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Let’s Get Reel: Rick and Morty

Photo courtesy of Inverse.com

Photo courtesy of Inverse.com

By Bryce Haver ’20, Staff Writer

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Rick and Morty is an animated show created by Justin Roiland and Dan Harmon. This Sci-fi comedy is inspired by the relationship between Doc and Marty from the movie Back To The Future and follows Rick, a super genius, and Morty, his grandson, on whacky and dark adventures in other parallel universes. Season three was released this past year as an April Fool’s joke, catching many of the members of its loyal fan base off guard, especially since the last season ended almost two years before the season three premiere was released. The episode, Rickshank Redemption entails Rick’s escape from a space prison.

If you have not watched this episode yet please stop reading at this point. I definitely don’t want to spoil this episode for you. Anyway, the episode opens up at a diner called Shoney’s, which is a hologram created in Rick’s cerebellum (I know this is complicated but please stay with me). The hologram is created by the galactic federation, which are basically a bunch of space bugs who want to get the memory of Rick creating his famed portal gun (A gun that allows him to hop between dimensions). To literally get into his head, they use a gun called the Brainilizer (10/10 on the name) which not only has the capacity to manifest holograms in one’s brain, but also to switch someone’s consciousness into another person’s body. One of the space bugs uses the Brainilizer to transport his consciousness into Ricks cerebellum, so now there is a space bug sitting with Rick at the diner. He explains to Rick the situation, about how the Brainilizer is slowly collapsing Rick’s cerebellum which will lead to death. The space bug makes a deal with Rick: if Rick shows him the day he made the portal gun, he will let Rick see his ex-wife. Rick agrees, and they are off to the memory (after a quick stop for McNuggets with Mulan Szechuan Sauce; this is important, trust me). In the memory, a Rick from another dimension kills the original Rick’s wife and daughter in order to convince the original Rick to use the portal gun to seek revenge (Ricks hate each other, it’s a thing, don’t think too hard about it). The space bug sends the memory to his Headquarters and says goodbye to Rick. However, when the bug tries to leave Rick’s brain, he can’t. It turns out Rick never left the diner in the beginning, however he used his mind to transform Shoney’s into a false memory, which uploaded a virus, giving him control of the Brainilizer. He then uses the Brainilizer to go into the space bug’s body and basically dismantle the Galactic Federation. (There were way more steps between this, but you get the idea). In the end (after switching into a different Rick’s body), he goes home to his family, reuniting with Morty, Beth (Rick’s daughter) and Summer (Rick’s granddaughter). He explains to Morty that he had been planning to be arrested in order to find more Mulan Szechuan Sauce this whole time.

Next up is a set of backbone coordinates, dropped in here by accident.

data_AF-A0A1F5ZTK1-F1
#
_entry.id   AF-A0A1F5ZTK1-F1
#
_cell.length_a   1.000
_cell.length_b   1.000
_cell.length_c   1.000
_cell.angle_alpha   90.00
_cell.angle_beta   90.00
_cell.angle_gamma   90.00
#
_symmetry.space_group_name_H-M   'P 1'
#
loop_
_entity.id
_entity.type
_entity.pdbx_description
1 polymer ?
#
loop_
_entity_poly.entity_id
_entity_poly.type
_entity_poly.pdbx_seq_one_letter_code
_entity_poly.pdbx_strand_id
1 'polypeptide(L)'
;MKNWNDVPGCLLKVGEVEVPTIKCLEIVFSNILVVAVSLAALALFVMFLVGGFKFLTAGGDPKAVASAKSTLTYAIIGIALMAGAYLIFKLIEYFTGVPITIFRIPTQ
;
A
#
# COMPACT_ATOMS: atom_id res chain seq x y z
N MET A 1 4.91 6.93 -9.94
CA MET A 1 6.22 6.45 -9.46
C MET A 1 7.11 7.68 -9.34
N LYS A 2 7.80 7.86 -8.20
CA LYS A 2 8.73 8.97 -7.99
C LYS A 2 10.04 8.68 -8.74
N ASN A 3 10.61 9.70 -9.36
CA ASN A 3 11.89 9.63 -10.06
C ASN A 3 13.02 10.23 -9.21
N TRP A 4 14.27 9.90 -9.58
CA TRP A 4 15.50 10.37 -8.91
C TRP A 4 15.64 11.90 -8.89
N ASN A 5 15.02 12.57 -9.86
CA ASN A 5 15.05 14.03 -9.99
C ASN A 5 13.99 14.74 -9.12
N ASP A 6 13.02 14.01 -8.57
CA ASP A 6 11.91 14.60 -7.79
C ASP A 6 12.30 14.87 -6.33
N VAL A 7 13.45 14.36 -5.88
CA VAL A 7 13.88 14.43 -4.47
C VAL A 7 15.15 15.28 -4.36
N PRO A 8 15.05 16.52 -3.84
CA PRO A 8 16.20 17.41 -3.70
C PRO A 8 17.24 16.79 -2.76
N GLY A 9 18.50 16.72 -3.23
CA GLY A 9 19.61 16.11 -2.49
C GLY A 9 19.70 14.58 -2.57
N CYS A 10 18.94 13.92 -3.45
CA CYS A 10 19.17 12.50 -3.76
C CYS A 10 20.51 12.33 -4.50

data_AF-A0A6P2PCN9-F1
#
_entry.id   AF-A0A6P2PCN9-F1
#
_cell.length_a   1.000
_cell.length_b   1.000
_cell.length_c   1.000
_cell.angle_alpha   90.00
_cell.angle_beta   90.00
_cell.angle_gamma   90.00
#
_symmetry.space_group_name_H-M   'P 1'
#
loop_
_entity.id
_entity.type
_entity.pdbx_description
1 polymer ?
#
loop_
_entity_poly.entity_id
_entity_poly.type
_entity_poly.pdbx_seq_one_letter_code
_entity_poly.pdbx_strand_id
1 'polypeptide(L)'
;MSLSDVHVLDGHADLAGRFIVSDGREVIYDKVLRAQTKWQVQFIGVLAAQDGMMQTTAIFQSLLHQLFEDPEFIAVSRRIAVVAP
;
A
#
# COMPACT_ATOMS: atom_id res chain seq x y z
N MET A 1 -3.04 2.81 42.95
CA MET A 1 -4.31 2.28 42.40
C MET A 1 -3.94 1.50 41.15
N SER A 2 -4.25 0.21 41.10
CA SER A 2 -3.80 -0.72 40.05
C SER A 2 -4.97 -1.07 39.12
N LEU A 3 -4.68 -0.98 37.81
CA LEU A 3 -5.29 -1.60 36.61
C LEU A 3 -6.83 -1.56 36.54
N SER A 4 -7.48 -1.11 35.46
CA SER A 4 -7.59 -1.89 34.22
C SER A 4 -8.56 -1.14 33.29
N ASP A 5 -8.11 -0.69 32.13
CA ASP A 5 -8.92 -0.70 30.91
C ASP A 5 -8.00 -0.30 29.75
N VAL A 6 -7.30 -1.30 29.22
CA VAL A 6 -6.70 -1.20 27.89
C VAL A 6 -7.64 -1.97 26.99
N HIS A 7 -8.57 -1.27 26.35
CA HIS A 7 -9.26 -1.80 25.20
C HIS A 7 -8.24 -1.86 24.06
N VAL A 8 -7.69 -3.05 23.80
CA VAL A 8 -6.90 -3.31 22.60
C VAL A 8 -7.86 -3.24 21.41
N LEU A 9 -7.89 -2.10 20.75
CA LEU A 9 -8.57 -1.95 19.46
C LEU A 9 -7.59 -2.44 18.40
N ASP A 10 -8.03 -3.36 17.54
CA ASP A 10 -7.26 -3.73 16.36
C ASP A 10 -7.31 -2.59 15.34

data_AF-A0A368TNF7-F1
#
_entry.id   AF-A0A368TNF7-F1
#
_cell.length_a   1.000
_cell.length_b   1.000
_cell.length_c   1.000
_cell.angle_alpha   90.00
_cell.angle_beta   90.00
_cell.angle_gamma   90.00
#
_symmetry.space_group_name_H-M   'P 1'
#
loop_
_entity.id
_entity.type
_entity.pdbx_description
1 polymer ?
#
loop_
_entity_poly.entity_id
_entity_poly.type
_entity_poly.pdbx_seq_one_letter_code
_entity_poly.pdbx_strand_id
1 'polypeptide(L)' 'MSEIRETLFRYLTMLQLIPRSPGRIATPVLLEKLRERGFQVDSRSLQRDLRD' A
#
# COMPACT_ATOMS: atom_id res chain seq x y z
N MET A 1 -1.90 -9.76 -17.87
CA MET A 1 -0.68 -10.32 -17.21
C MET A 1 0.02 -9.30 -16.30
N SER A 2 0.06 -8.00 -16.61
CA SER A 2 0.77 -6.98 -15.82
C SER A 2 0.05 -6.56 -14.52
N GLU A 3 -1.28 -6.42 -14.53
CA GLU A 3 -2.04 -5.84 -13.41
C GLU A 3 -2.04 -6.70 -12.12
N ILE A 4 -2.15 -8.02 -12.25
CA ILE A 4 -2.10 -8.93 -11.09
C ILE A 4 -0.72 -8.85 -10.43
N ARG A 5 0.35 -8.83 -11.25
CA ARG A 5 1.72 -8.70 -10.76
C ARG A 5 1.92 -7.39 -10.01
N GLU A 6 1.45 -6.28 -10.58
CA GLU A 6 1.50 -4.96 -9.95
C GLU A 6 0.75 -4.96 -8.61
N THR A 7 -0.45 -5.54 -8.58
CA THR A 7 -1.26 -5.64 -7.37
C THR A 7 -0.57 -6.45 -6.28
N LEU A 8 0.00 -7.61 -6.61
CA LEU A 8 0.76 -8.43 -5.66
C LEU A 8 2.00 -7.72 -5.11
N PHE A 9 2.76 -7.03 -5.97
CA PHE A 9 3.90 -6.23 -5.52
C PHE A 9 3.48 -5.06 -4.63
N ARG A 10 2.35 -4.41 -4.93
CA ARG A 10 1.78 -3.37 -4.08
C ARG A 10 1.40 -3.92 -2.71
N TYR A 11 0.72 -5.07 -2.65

Rick and Morty is amazing in that it can tackle issues as huge as the meaning of life, while also humoring its audience with casual fart jokes. One of the major themes throughout the series is how meaningless life is in the universe. The man literally destroyed a government for Chicken Nugget Sauce. Overall, Rick and Morty is a very dark and very philosophical television series and I would definitely recommend watching it.

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Let’s Get Reel: Rick and Morty